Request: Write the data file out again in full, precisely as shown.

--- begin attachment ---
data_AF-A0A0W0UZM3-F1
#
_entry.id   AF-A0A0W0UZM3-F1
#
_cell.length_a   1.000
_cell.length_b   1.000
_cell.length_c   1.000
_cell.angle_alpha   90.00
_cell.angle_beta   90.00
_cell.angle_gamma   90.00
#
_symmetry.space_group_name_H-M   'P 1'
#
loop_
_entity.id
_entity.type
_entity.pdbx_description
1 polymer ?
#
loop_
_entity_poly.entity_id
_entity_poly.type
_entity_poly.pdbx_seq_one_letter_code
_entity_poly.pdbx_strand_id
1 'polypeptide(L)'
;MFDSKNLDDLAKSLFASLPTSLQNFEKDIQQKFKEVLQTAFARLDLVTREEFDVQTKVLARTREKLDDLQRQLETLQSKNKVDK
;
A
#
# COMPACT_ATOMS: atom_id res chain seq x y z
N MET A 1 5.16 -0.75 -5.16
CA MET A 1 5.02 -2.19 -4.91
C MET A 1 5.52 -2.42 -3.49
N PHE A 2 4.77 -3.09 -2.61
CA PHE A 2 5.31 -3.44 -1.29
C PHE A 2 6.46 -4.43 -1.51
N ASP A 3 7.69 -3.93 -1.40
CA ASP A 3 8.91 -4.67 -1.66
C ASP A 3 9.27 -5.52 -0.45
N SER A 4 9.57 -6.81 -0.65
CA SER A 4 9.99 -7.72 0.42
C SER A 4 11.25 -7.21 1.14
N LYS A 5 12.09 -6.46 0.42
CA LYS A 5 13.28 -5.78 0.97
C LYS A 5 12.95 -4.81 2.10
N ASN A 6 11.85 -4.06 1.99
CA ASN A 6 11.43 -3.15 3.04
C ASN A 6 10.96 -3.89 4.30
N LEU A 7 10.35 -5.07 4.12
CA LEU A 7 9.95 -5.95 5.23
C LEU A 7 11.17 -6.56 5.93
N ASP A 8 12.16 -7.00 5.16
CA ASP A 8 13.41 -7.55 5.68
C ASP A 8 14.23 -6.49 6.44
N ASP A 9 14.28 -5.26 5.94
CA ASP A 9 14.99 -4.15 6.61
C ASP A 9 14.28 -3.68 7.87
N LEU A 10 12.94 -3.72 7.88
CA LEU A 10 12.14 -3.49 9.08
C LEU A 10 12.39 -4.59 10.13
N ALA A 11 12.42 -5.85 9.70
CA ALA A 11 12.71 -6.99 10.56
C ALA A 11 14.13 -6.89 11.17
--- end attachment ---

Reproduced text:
data_AF-A0A0W0UZM3-F1
#
_entry.id   AF-A0A0W0UZM3-F1
#
_cell.length_a   1.000
_cell.length_b   1.000
_cell.length_c   1.000
_cell.angle_alpha   90.00
_cell.angle_beta   90.00
_cell.angle_gamma   90.00
#
_symmetry.space_group_name_H-M   'P 1'
#
loop_
_entity.id
_entity.type
_entity.pdbx_description
1 polymer ?
#
loop_
_entity_poly.entity_id
_entity_poly.type
_entity_poly.pdbx_seq_one_letter_code
_entity_poly.pdbx_strand_id
1 'polypeptide(L)'
;MFDSKNLDDLAKSLFASLPTSLQNFEKDIQQKFKEVLQTAFARLDLVTREEFDVQTKVLARTREKLDDLQRQLETLQSKNKVDK
;
A
#
# COMPACT_ATOMS: atom_id res chain seq x y z
N MET A 1 5.16 -0.75 -5.16
CA MET A 1 5.02 -2.19 -4.91
C MET A 1 5.52 -2.42 -3.49
N PHE A 2 4.77 -3.09 -2.61
CA PHE A 2 5.31 -3.44 -1.29
C PHE A 2 6.46 -4.43 -1.51
N ASP A 3 7.69 -3.93 -1.40
CA ASP A 3 8.91 -4.67 -1.66
C ASP A 3 9.27 -5.52 -0.45
N SER A 4 9.57 -6.81 -0.65
CA SER A 4 9.99 -7.72 0.42
C SER A 4 11.25 -7.21 1.14
N LYS A 5 12.09 -6.46 0.42
CA LYS A 5 13.28 -5.78 0.97
C LYS A 5 12.95 -4.81 2.10
N ASN A 6 11.85 -4.06 1.99
CA ASN A 6 11.43 -3.15 3.04
C ASN A 6 10.96 -3.89 4.30
N LEU A 7 10.35 -5.07 4.12
CA LEU A 7 9.95 -5.95 5.23
C LEU A 7 11.17 -6.56 5.93
N ASP A 8 12.16 -7.00 5.16
CA ASP A 8 13.41 -7.55 5.68
C ASP A 8 14.23 -6.49 6.44
N ASP A 9 14.28 -5.26 5.94
CA ASP A 9 14.99 -4.15 6.61
C ASP A 9 14.28 -3.68 7.87
N LEU A 10 12.94 -3.72 7.88
CA LEU A 10 12.14 -3.49 9.08
C LEU A 10 12.39 -4.59 10.13
N ALA A 11 12.42 -5.85 9.70
CA ALA A 11 12.71 -6.99 10.56
C ALA A 11 14.13 -6.89 11.17